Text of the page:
Nuclear Energy Group Eyes Global Safety Rules

Wednesday, April 13, 2011 @ 11:04 PM gHale


There needs to be tougher nuclear safety rules to be set and enforced worldwide so countries can prevent another accident like Three Mile Island, Chernobyl-4 in the former USSR in 1986, and Japan’s Fukushima-1 station this year, said a group of experienced nuclear industry and nuclear power regulation wags.

On the international front, they would have to debate whether they should start up a new international regulatory agency that could issue binding safety standards and do compulsory inspections, or whether they should emphasize national responsibilities for nuclear safety “in combination with rigorous international peer reviews.”

In a statement entitled “Never Again: An Essential Goal for Nuclear Safety,” and a cover letter to IAEA Director General Yukiya Amano, the group said safety requirements for existing and new nuclear power plants must undergo a thorough review, using modern tools, in light of the events at Fukushima-1 and all necessary measures taken to ensure they can withstand extreme challenges.

This included review of requirements for plants built to earlier safety standards, in view of prospects for their extended operation, they said, calling for “a more internationally harmonized approach in this area.”

Personnel must also undergo better training in accident management, they said, adding this is especially crucial for newcomer nuclear power countries with no previous experience in the technology.

“We are confident that only nuclear power that avoids being a threat to the health and safety of the population and to the environment is acceptable to society,” they wrote in the five-page statement.

Three of six reactor units at Fukushima-1 suffered core melt, and four spent fuel pools suffered from a loss of coolant that would have exposed highly radioactive spent fuel to the atmosphere, following a March 11 earthquake and tsunami that far exceeded the design basis of the plant.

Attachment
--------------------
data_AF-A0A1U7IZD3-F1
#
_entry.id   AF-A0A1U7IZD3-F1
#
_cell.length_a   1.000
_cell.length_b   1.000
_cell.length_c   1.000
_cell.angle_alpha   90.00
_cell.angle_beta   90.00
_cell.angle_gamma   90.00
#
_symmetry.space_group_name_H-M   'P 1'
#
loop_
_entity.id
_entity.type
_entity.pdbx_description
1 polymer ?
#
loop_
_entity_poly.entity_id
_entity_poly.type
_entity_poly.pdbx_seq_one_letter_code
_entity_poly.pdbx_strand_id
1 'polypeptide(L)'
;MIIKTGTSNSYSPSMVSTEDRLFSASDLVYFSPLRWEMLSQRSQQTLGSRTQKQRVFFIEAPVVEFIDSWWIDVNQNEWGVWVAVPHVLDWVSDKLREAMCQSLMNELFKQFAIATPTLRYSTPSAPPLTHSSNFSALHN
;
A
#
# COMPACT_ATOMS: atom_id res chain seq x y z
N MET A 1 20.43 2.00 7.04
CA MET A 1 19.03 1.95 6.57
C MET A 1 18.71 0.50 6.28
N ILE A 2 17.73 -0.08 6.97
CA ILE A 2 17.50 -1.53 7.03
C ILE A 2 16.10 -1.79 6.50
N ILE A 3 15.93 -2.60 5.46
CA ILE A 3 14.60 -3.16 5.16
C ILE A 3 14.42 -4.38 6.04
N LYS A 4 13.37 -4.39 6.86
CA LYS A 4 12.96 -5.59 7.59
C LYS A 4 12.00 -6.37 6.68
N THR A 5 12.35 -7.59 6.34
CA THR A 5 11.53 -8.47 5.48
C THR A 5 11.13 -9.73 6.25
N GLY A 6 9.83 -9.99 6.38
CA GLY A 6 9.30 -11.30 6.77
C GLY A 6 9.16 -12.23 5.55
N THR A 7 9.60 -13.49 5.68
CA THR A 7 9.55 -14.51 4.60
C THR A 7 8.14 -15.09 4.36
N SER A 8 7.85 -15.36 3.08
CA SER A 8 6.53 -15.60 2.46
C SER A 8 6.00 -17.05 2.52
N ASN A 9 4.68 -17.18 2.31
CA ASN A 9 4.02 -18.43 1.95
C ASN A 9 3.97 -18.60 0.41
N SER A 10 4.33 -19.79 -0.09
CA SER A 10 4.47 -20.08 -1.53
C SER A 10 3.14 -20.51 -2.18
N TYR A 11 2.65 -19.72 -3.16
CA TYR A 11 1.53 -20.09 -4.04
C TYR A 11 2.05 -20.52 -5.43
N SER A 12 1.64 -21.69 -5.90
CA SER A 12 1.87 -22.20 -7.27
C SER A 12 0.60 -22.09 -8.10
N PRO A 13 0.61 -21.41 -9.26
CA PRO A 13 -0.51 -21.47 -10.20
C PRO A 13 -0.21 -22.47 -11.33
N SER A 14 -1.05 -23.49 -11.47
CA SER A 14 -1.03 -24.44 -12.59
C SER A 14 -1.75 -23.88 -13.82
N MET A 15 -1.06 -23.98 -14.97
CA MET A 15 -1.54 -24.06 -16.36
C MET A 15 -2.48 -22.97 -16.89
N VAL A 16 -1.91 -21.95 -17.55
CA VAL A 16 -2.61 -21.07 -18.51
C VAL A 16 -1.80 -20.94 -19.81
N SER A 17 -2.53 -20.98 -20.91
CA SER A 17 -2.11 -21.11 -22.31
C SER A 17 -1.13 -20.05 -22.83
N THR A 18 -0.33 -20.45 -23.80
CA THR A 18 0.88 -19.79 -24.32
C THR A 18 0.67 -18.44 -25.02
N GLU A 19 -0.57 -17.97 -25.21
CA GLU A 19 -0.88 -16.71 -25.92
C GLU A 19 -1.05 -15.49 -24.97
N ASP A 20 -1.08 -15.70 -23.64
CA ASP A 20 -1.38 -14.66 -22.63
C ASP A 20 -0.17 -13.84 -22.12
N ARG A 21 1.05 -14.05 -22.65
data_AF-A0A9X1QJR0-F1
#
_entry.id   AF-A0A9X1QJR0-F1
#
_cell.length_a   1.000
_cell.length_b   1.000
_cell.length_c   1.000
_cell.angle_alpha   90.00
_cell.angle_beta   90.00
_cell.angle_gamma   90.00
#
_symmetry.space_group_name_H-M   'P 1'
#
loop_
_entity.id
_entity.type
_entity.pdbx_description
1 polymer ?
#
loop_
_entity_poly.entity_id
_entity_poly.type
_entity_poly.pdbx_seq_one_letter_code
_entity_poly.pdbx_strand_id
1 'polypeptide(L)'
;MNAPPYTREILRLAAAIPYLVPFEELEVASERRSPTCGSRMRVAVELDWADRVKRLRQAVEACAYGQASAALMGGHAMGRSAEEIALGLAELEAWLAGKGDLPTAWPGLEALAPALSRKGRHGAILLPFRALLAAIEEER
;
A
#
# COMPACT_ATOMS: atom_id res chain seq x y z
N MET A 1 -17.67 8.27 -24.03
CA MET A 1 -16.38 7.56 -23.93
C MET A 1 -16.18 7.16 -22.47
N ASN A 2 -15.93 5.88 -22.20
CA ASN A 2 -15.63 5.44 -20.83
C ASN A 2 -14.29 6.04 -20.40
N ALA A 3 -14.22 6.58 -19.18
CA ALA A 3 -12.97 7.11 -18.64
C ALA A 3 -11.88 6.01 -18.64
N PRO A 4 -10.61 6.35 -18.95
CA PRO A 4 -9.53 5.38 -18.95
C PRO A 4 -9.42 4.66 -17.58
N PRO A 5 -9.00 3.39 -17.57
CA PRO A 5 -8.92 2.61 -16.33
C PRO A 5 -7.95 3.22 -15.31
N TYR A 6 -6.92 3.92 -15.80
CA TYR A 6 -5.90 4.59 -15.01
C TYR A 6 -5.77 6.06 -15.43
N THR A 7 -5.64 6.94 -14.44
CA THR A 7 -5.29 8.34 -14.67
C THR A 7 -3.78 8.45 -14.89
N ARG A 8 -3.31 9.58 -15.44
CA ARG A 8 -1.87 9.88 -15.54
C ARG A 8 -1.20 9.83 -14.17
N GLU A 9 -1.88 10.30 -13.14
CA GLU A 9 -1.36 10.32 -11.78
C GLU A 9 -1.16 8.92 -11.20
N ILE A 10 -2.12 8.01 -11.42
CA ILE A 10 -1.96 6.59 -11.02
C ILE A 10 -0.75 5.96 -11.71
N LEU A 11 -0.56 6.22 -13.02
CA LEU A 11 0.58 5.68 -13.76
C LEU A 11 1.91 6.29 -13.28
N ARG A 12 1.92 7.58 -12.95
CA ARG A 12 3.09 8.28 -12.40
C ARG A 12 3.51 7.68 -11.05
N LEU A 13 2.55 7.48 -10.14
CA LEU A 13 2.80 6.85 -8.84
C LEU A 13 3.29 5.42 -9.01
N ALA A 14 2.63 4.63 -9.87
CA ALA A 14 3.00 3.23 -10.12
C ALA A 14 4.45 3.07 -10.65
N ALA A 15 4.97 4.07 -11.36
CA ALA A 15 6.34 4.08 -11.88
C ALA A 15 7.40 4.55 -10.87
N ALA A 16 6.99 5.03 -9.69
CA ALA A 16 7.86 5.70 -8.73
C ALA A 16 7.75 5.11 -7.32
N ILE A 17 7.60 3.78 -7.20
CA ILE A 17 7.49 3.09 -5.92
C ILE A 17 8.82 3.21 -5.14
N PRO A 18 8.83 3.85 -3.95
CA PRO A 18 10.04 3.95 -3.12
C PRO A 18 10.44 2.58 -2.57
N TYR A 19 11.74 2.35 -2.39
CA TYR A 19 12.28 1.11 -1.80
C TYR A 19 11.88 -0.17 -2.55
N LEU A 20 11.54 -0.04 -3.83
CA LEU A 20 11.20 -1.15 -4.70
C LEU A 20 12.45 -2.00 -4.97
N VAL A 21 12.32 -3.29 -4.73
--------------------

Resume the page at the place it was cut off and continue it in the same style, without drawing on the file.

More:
Japanese nuclear safety authorities on April 11 uprated the accident from Level 5 to Level 7 on the seven-level International Nuclear Event Scale, indicating a catastrophic accident with broad offsite health and/or environmental consequences. Before, only Chernobyl earned the INES Level 7 classification.

Jukka Laaksonen, director general of the Finnish Radiation and Nuclear Safety Institute and signatory of the letter to Amano on behalf of the “ad hoc group” of former industry and regulatory officials, said they do not know all the information about what led to the Fukushima accident.

One thing he did say was the potential impact of a tsunami was not included in Japanese nuclear safety regulations until 2006, and Tepco had assessed the design-basis tsunami for Fukushima-1 only last year, concluding the maximum height of such a wave would be 5.7 meters. The March 11 tsunami reached between 14 and 15 meters, according to provisional assessments since the accident. Experts agree based on information available so far that the plant’s reactor units shut down as designed after the earthquake, but the tsunami took them into uncharted territory for which Tepco was not ready.



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